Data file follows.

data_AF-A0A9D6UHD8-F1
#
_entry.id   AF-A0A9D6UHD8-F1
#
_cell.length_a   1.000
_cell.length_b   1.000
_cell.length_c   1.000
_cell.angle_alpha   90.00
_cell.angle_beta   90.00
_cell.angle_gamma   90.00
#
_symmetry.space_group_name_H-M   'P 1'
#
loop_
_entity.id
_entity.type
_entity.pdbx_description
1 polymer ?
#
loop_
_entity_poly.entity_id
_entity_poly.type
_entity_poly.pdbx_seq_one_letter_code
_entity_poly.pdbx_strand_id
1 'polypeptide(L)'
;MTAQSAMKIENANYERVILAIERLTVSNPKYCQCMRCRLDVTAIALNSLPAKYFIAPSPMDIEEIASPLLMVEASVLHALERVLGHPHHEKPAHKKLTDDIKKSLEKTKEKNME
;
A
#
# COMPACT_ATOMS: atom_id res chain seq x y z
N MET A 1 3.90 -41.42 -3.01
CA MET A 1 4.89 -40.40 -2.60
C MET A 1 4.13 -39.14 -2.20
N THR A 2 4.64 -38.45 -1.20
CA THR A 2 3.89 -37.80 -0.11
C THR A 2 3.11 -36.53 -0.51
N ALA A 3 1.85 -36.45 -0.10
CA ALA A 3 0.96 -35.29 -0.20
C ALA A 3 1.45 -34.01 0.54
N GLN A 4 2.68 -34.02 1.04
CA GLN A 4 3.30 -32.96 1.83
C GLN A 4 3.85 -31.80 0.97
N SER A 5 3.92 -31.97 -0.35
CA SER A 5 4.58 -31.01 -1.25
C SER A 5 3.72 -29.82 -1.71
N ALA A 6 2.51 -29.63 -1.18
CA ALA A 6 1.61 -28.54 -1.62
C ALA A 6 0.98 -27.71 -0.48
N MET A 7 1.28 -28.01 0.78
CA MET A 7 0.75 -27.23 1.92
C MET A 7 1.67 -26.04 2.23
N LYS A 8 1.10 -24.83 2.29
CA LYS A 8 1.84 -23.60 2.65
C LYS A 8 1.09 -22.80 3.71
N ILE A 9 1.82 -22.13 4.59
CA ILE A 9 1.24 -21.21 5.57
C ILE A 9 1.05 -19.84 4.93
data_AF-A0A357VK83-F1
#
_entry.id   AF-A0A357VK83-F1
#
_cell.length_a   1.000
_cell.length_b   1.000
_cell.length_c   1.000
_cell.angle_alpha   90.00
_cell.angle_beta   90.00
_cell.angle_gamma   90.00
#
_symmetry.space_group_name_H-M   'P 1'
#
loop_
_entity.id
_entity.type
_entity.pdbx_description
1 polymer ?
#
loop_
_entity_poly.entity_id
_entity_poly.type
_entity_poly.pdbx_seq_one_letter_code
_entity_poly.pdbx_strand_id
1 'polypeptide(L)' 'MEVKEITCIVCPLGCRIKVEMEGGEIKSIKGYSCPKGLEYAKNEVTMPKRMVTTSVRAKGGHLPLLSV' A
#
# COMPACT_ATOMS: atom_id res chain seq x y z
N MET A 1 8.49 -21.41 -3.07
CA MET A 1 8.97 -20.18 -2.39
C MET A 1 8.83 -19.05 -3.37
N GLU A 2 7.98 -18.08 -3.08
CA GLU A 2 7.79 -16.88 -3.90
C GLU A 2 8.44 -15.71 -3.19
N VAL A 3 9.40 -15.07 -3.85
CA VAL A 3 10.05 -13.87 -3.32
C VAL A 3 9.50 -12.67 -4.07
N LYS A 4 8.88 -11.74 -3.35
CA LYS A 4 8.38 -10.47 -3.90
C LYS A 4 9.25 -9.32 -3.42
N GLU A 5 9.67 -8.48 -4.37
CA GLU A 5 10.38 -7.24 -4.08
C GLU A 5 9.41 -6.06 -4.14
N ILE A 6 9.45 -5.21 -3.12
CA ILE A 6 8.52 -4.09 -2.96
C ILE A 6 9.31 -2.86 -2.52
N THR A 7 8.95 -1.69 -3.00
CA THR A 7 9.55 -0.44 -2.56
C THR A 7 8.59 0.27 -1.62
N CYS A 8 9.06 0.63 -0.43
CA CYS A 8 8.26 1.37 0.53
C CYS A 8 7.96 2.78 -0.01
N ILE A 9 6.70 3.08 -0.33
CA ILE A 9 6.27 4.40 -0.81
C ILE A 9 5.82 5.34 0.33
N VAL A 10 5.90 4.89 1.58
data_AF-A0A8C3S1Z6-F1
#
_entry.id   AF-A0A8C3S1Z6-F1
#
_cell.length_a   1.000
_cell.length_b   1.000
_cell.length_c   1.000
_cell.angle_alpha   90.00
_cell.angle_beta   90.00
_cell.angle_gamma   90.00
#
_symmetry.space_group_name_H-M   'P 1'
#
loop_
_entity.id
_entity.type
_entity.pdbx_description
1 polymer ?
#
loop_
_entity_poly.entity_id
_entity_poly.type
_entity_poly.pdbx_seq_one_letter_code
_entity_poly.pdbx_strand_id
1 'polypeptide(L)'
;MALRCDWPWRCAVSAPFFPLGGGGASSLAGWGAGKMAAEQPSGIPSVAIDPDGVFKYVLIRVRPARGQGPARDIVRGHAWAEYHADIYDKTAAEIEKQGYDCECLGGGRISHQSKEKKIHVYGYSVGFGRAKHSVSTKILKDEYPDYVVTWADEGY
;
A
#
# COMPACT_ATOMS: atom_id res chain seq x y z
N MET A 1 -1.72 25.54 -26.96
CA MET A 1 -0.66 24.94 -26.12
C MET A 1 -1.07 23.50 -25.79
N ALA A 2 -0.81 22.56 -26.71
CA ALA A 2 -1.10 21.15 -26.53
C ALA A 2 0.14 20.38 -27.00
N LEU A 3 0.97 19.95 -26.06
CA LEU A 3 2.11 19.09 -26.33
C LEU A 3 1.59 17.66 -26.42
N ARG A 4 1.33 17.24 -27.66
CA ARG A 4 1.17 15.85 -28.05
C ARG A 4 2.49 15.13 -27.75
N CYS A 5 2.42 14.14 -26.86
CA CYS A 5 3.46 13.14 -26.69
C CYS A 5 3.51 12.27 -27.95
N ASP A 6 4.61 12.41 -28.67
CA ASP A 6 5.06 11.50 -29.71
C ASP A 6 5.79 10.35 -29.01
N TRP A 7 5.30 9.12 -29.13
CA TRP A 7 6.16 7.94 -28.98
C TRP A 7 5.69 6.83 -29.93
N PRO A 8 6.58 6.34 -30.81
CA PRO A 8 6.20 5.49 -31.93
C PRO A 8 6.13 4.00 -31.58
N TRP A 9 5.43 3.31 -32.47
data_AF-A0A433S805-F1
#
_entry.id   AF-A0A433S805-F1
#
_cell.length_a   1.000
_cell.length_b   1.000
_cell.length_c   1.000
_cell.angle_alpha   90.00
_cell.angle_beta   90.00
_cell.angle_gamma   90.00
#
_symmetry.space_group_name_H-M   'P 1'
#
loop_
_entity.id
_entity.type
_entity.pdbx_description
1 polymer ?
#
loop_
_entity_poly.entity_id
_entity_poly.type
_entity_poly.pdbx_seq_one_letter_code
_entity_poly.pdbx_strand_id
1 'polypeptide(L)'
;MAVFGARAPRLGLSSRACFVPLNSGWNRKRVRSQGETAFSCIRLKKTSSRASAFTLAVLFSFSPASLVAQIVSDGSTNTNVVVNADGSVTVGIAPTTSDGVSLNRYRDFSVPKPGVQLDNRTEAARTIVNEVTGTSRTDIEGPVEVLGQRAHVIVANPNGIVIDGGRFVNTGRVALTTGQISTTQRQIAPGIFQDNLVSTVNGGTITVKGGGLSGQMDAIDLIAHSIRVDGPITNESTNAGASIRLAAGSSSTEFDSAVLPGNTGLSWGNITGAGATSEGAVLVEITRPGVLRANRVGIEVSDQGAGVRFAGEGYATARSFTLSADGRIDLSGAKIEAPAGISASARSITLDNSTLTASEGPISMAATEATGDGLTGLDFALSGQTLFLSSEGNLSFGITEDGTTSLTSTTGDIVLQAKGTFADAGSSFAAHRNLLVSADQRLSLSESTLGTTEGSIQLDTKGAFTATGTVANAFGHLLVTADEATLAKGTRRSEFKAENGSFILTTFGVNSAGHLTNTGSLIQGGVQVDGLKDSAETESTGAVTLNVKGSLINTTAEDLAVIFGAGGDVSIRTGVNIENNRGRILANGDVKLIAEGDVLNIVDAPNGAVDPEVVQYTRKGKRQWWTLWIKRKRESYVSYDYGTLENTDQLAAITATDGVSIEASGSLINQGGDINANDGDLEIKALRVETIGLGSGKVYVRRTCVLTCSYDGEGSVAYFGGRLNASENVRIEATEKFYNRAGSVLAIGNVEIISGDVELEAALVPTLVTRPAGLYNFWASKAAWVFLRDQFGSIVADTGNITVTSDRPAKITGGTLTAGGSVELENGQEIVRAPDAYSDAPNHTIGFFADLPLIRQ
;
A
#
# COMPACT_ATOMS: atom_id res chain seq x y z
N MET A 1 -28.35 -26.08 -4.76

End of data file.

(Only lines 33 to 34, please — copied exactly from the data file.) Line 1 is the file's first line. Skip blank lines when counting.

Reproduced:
C MET A 1 4.13 -39.14 -2.20
N THR A 2 4.64 -38.45 -1.20